As an emerging First Nations artist, she said the Dreaming Award has opened doors and – crucially – validated her work.
Lee encourages emerging artists to apply. Nominations are now open until 4 November for the Dreaming Award, for young emerging artists, as well as the life time achievement Red Ochre Award.
She received the award in May this year. ‘I had just turned 27, so it was my last chance to receive it,’ she told ArtsHub.
‘Winning was overwhelming and humbling. Aunty Lola [Greeno] won the Red Ochre Award for lifetime achievement, and she is one of my absolute inspirations. It was amazing to receive the award on the same night as she received hers.
‘It reminds me that I have so much to learn, and I must take this opportunity and use it as well as possible because it’s an opportunity that people like Aunty Lola didn’t get.’
Lee said that winning the award was hugely validating. ‘It was more a kind of expression of interest, in that I had to submit an idea and the award was based on that and, I guess, on my portfolio as a practicing artist. It opened a lot of doors.’
Having the ballast of the Dreaming Award made it much easier for Lee to approach museums in Europe and ask to access their collections.
She is a Larrakia, Wardaman and Karajarri woman who identifies as a queer, mixed race, Asian, Aboriginal woman, and her art practice is strongly influenced by these overlapping identities.
Her proposed project, A Cure for Distance, is an ambitious curatorial investigation with four to five Aboriginal and Torres Strait Islander artists. The aim was to investigate anthropological collections in museums, libraries and archives in Britain and Europe, to explore, research and create in response to the Larrakia, Wardaman and Karajarri objects held within them.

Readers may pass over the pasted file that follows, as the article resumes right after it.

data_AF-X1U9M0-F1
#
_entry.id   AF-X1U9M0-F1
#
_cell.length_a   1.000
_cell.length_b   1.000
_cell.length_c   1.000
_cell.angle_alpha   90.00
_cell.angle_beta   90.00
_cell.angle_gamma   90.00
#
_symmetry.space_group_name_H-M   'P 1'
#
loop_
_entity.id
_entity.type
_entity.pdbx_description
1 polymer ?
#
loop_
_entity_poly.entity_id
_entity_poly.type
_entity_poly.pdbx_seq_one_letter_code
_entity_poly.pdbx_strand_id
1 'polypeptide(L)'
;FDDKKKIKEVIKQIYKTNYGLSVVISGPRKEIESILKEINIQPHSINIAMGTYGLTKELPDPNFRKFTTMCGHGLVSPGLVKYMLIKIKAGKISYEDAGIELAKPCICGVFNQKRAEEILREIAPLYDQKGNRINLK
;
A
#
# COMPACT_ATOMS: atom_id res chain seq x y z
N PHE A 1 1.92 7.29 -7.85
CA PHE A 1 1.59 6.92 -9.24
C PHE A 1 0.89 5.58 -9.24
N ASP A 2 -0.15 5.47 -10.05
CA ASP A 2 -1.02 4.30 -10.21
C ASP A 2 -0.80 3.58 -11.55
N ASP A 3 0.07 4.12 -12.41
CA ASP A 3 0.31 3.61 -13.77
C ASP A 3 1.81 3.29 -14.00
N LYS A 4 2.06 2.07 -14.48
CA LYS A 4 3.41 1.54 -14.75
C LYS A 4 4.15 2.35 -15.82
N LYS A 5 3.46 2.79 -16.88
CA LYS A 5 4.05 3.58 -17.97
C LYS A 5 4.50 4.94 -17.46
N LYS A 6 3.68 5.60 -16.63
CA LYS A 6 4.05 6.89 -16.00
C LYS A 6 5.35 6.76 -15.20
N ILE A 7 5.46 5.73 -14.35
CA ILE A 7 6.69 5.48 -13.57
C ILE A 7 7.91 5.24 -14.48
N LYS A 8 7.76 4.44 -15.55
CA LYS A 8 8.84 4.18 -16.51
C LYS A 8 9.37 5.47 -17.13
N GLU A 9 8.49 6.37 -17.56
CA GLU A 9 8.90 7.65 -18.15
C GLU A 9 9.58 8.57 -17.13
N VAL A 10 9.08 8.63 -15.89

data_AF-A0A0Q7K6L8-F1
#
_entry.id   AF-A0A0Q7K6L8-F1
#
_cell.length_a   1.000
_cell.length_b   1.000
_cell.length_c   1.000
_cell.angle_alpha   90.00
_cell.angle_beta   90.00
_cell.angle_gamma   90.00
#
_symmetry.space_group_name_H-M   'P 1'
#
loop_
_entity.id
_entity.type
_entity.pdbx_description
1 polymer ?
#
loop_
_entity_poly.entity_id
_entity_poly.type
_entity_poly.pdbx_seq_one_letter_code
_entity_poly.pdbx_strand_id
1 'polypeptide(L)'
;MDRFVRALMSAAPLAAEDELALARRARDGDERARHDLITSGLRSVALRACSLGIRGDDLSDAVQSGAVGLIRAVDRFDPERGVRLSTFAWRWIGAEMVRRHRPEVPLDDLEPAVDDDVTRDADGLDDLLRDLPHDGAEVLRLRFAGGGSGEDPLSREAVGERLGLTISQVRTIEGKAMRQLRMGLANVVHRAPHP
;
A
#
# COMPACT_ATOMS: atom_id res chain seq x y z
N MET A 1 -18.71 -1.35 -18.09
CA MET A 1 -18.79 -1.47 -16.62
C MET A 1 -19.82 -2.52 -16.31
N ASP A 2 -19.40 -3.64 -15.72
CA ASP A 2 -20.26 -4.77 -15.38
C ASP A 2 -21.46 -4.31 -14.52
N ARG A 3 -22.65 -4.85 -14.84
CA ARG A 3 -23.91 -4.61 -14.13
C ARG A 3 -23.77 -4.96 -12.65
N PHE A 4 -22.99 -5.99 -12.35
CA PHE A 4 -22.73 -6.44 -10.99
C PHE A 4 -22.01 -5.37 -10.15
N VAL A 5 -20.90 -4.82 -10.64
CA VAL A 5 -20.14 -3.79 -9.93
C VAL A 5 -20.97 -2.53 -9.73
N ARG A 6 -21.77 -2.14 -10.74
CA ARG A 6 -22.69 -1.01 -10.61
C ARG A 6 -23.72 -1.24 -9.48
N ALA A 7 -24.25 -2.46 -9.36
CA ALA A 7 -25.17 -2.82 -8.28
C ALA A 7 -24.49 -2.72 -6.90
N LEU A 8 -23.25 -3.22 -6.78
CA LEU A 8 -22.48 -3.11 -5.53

The Dreaming Award comes with a grant of $20,000, which has allowed her to move between London, where she is based, and Australia in order to meet her collaborators face-to-face, something she said is completely necessary.
‘It’s been really important to meet physically, and have face to face conversations,’ she said. ‘Especially with something like this, where artists might be dealing with potentially confronting material.’
She said that it’s been a slow process gaining access to institutions, but she has already generated a strong relationship with the Pitt Rivers Museum in Oxford. ‘They have been incredibly wonderful,’ said Lee. ‘They will be the central point for accessing British collections.’
‘It will culminate in an exhibition at the Museum of Brisbane,’ said Lee. ‘It will be my first step into the curatorial process, curating other artists is a bit scary. But the award has given me confidence about its validity.
‘I have been working as a commercial artist for the past six years. I have to keep reminding myself that literal experts have decided that I could do it. Some pretty amazing selectors chose this project.’
The Red Ochre Award for significant lifetime achievement, comes with a grant of $50,000. It was established in 1993 by the Australia Council and, like the Dreaming Award, is given annually.
‘The Red Ochre Awards are among the largest First Nations arts awards in the country,’ said Patricia Adjei, Arts Practice Director First Nations Arts and Culture at the Australia Council. ‘And they make a significant contribution to the artists.’
She said that the Red Ochre Award recognises senior artists at a later stage of their career, helping them to create a new body of work by offering real support.
The Australia Council is seeking nominations for the Dreaming Award and the Red Ochre Award, which recognise the achievement of First Nations artists. Applications close 4 November.